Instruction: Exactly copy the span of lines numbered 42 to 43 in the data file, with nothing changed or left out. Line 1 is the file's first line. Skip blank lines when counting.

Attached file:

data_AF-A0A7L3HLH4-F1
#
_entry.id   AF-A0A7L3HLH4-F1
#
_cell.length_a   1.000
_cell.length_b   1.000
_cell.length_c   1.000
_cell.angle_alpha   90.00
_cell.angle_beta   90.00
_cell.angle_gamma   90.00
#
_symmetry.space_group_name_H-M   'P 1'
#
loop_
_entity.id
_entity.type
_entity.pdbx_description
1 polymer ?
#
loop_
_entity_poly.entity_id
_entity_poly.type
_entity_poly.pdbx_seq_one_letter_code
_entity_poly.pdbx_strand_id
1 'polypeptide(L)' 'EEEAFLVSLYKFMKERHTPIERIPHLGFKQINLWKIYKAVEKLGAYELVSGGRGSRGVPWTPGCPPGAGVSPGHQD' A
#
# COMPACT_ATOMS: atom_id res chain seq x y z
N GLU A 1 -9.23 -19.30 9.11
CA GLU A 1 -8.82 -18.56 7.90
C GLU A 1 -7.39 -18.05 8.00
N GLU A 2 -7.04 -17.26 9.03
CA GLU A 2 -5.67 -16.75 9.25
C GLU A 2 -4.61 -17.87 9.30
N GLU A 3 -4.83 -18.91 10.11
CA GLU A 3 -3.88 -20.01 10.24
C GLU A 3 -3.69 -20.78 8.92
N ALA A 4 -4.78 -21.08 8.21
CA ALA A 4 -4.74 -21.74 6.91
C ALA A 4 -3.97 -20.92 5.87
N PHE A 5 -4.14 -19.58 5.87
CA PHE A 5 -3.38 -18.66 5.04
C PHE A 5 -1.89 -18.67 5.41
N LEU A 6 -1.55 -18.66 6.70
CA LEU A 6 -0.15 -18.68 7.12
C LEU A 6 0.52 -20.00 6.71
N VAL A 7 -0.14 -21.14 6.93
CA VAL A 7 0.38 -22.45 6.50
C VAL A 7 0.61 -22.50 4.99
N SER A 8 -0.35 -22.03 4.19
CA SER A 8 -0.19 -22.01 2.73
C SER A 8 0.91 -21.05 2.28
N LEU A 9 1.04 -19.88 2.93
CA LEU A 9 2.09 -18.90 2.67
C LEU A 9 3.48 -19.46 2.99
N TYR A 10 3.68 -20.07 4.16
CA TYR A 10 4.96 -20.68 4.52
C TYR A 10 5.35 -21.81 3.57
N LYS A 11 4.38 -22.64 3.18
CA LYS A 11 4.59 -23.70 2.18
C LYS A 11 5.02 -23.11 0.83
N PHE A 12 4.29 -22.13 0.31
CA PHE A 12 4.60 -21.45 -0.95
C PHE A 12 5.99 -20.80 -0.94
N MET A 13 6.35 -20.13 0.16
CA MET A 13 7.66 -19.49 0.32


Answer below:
C PHE A 5 -1.89 -18.67 5.41
N LEU A 6 -1.55 -18.66 6.70